A Run With Raven
I’m standing at the 5th Street lifeguard station in Miami’s South Beach. It’s 4:30 p.m., and there’s no sign of the man who has run eight miles every day from this spot for the past 43 years. “Don’t worry,” says a grey-haired man with a baseball cap standing nearby. “Raven is just running a bit late. I saw him on his way. I’m ‘Taxman.’” He gives me a fist bump, a Raven runner traditional greeting. Just then, a figure in black saunters onto the beach. It’s him. He strips off his black jean jacket and black pants, and stuffs them into a cubby at the side of the lifeguard station. “We need to go now,” Raven says. “We’ll be finishing in the dark.” Robert “Raven” Kraft, 67, has covered more than 200,000 kilometres on his daily runs, all of it on the beach, never missing a day since he first made a New Year’s pledge on Jan. 1, 1975, to run eight miles every day for a year. Once the year was done, force of habit kept him going and others began to join him. He’s never stopped. Why eight miles? “Because seven miles wasn’t enough, and nine miles was too much,” he says.
A few other runners have assembled for the start. Raven, now shirtless, wearing only black running shorts, worn-out running shoes with the laces undone, a black bandana and tinted aviator glasses, sets off southward. “It’s time for roll call!” Raven booms, in a deep baritone. He sings out introductions for each of the runners, followed by their nickname.
We run to the southernmost point in South Beach, touch a hand to the railing and turn back into the wind. Raven allows the other runners to go ahead, but I stay to talk. When he finds out I’m from Canada, Raven rattles off the nicknames of five or six other Canadians. He tells me I’m the 2,831st runner to join him, and dubs me “The Joggler” after learning about my habit of running while juggling.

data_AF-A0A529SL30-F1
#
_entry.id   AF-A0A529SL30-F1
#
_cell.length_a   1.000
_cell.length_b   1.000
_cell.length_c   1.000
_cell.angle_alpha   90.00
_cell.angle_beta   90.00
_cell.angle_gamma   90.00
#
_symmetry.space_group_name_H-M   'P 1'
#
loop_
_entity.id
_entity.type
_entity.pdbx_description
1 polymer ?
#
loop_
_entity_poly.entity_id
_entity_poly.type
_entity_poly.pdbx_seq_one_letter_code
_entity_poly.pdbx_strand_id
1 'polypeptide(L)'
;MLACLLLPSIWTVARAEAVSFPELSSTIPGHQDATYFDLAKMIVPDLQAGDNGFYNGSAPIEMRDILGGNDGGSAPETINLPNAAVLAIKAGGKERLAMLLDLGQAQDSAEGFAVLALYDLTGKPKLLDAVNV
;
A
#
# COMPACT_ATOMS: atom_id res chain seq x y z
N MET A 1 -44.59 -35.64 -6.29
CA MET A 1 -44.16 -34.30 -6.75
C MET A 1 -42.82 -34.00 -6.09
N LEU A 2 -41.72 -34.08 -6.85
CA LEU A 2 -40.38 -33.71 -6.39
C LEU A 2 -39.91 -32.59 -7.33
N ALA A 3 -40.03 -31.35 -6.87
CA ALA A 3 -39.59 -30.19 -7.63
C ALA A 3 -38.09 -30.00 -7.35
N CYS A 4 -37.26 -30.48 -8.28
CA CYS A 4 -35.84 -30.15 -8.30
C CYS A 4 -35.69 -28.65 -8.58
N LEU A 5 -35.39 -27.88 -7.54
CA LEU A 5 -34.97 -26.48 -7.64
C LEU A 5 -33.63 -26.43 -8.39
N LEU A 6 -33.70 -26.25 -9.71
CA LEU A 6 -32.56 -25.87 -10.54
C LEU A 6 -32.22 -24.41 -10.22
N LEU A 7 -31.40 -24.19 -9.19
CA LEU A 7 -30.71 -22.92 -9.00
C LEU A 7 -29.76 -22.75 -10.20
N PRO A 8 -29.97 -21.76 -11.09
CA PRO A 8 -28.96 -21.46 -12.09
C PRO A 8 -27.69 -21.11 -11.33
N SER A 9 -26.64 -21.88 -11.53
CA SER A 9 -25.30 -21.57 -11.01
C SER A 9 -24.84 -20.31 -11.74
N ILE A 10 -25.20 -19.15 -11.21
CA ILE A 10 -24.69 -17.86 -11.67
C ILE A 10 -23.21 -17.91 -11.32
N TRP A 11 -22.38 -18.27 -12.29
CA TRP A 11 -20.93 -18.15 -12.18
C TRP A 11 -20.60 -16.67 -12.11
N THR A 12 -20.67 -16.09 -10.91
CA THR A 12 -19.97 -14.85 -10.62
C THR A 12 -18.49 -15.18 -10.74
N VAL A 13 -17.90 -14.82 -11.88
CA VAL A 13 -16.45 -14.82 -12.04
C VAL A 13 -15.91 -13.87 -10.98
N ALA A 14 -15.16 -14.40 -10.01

Raven has inspired people to run away from problems with drugs and alcohol and depression. He’s helped non-runners become long-time runners. He has married two couples on the run. Lifeguards shout out to him as we run by, and beach police officers on atvs honk and wave. The sun sinks into the horizon and the sky turns orange-red. “I haven’t missed a sunset in 43 years,” Raven says. And then we’re running under a blanket of stars.
Powering through the sand, Raven tells me how he got started. He had returned from Nashville, where his dreams of making it big as a songwriter had imploded into bitterness after one of the songs he wrote became a hit, but he got no credit for it. Depressed, he began drinking, and had a rough couple of years. He began working out with a couple of boxer friends, and one day joined one of them, “Bulldog,” for a run on the beach. It lifted his spirits, and after a few years, he was running almost every day. Bulldog dubbed him “Raven” – and a running legend began.
What should have been an ordinary routine of repeating the same run of the same distance on the same beach at the same time of day became something extraordinary. Over the past 15,707 days, Raven has run through bouts of food poisoning, been pelted by hail until blood streamed down his face, was nearly struck by lightning, and faced all the major hurricanes. Irene, Andrew and Wilma were bad, but Irma – with winds of over 160 km/h – literally spun him around and blew him over. Once, while running near the southern pier, Raven sank up to his shoulders in the sand, which had been churned up by construction workers. It took him five terrifying minutes to haul himself out.
Raven’s biggest challenge now is his own body. He’s hobbled by extreme pain from spinal stenosis – a condition that pinches the nerve roots in his back. His pace has slowed dramatically, but he has no plans to stop. “Every day is a training run for the next day!” he shouts into the wind, with a big smile on his face.
After more than two hours of running, we finish back at the lifeguard station. Raven tells me if I come back again for a second run before leaving, I’ll immediately jump about 1,000 positions for number of Raven runs, since most people only run with him once. I tell him I’ll try.
I get busy with the family and don’t make it back. But it’s OK. I have enough inspiration to last me for years. Michal Kapral has set multiple running-related world records – the stranger, the better.